Noma Tribes in Copenhagen


Noma 'alumni' are all over Copenhagen, where they have opened new restaurants pioneering a new, more informal and fluid approach to New Nordic cuisine.
Noma Tribes in Copenhagen

Noma runs through the very veins of Copenhagen. The restaurant that introduced New Nordic has transformed and defined the city. First and foremost the Noma spirit taught chefs and diners to take pride in local Nordic ingredients and serve them austerely yet creatively to let their clean flavours shine. This often meant foraging and fermenting to prolong the season. Noma also pioneered a new, more informal and fluid approach to dining with the chef who’d prepared a particular dish bringing it to the table and explaining its DNA.

It should come as no surprise, that, Noma alumni are all over Copenhagen from the ultra high-end 108 opposite the original Noma (which is itself now Barr offering North sea cuisine) to a brilliant brand new coffee and bakery in Nørrebro (hip, multicultural neighborhood in Copenhagen) where I reveled in the deliciousness of their cinnamon sugar glazed croissant even before I learnt of the baker’s Noma connection.

Kødbyens Fiskebar was the first restaurant to open in the former meatpacking district and still has its welcoming fire pit outside. Opened by Anders Selmer, who was Noma’s restaurant manager/sommelier for the first five years, it is now the veteran among Noma alumni. Besides thefishcentric, ultra-seasonal and sustainable menu that varies daily entirely dictated by the day’s small boat catch, much of the appeal is in the impossible to recreate cool hygge.

Chef Jamie Lee is super-talented and his food is joyful. British, married to a Dane, he trained in the UK with Jason Atherton for Gordon Ramsay restaurants. Highlights on a “Below the Surface” 7 course chef choice menu included a stupendous scallop carpaccio with mild horseradish and oyster leaf, an exquisite combination; cod roe with parsley, carrot, pickled elderflower and Jerusalem artichokes with green strawberries.

Returning to the original Noma building (a converted warehouse) was a little surreal. The shape of the dining room is so familiar and the sheepskin Nordic rug, bare oak charm remains. There’s now a four stool chef’s counter with a view straight into the kitchen, I’d highly recommend.The Barr menu is a radically new interpretation of New Nordic encompassing the entire North Sea, created by the Head Chef Mia Christiansen: all the Nordic countries, The Netherlands, Germany, even the UK!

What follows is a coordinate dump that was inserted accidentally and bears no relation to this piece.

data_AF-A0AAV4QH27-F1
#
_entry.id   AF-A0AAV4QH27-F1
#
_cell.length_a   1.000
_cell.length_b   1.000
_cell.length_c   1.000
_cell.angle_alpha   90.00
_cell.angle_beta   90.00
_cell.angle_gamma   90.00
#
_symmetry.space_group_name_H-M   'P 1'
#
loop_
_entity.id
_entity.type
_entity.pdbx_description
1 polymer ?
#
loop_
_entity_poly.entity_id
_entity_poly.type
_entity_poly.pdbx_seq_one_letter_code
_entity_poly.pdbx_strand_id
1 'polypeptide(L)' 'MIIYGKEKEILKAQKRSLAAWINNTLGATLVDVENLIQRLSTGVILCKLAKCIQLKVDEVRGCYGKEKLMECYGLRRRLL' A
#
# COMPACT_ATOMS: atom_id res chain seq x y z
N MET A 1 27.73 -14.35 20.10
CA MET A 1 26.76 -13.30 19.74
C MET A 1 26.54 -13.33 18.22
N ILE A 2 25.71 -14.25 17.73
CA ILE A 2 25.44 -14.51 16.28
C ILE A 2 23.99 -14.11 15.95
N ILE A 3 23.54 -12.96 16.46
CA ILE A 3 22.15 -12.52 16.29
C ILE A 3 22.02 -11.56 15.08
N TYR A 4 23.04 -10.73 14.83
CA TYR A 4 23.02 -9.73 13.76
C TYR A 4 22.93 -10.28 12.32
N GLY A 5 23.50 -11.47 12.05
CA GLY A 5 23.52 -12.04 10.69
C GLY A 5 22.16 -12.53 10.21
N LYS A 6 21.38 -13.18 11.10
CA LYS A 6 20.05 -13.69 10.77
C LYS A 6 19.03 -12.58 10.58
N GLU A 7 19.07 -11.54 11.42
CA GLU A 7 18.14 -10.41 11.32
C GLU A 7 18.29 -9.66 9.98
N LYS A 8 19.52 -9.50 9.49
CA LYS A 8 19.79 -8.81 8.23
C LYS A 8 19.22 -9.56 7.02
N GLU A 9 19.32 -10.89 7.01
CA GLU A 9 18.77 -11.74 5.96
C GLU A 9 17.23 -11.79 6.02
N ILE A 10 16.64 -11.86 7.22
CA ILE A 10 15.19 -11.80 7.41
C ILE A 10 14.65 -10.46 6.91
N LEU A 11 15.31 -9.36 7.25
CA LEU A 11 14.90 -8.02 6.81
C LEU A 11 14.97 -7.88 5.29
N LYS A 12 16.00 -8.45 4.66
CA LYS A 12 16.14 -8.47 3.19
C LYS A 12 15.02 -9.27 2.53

The small menu crosses boundaries from traditional raw herrings to a sophisticated take on fiskedeller with lamb served with a brown butter and mustard seed sauce and the finest weiner schnitzel ever, accompanied by a punchy “salsa” of anchovy, capers and more brown butter. Besides a good wine list, strong on German Rieslings, there’s a well-thought out craft beer list created by their own on-side brew master.

Just across the harbour front from Noma, 108 is the closest, newest and most polished sibling to Noma. The chic industrial 108 with dramatic high ceilings and lighting opened whilst Noma was on its Mexico “gap” year. The head chef is Kristian Baumann, once an apprentice of René Redzepi and a former sous-chef at Relæ– run by Noma tribe/retaurateur Christian Puglisi. Only 30, Baumann foraged and fermented his way to Michelin stardom less than a year after 108’s launch.

Dishes are elegant and irreproachably seasonal: lumpfish roe with rosehip and salt baked celeriac with hazelnuts and aged cheese and a novel doughnut with caramel and seaweed ice-cream. The adjacent Corner is open all day for some of the best coffee in town and exceptional sourdough croissants and a small lunch and dinner menu.

Christian Puglisi, who did time in El Bulli’s kitchens “sorting peas” as well as sous- chef at Noma, first built his solo reputation at Relæ, a small, stylish restaurant in fashionable Nørrebro where he serves beautifully considered new Nordic dishes.

Diagonally across the street, Manfred & Vin is laidback with a tiny, on-show kitchen, and produces soulful plant-based small plate menus packing incredible flavour. A plate of charred roscoff onions finished with tiny green strawberries, elderflower vinegar and crisp toasted buckwheat is revelatory. Bizarrrely, they also serve outstanding beef tartare, There’s a serious collection of hard to find natural wines from cult vintners with limited production.

Both Relæ and Manfreds serve exceptional sourdough from Puglisi’s Mirabelle bakery and coffee shop which offers house-made charcuterie and pasta at lunch and supper. Whilst Puglisi’s Baestspecializes in exceptional sour-dough pizzas made from the same leaven.

Rene Redzepi’s obsession with Mexico is well-documented, Rosio Sanchez, originally a sous chef at Noma, was a significant influence and pivotal at Noma, Tulem. After a stint with a tortilla street stall and a rustic cantina, she has now opened Sanchez: a homage to her roots.

Sanchez mports corn, dried chillies and spices from Mexico and makes her own masa and salsas. Sit up at the kitchen counter to see the chefs pounding the guacamole for brilliantly nuanced spiced tuna tostadas and putting the finishing touches to an octopus stew. And, you may find yourself sitting next to Rene himself.

Rene is a regular too at Amass and has been quoted as saying it is his favourite restaurant in Copenhagen. It’s the restaurant of his Californian ex-head chef Matt Orlando, who’s also worked at Per Se in New York, and his wife Jan and seems to employ mostly former Noma staff.

The organic Nordic style tasting menu draws inspiration from the restaurant’s kitchen garden: from dry aged beef with seaweed and smoked egg yolk to spring carrots, bee pollen, honeycomb and caramelized milk.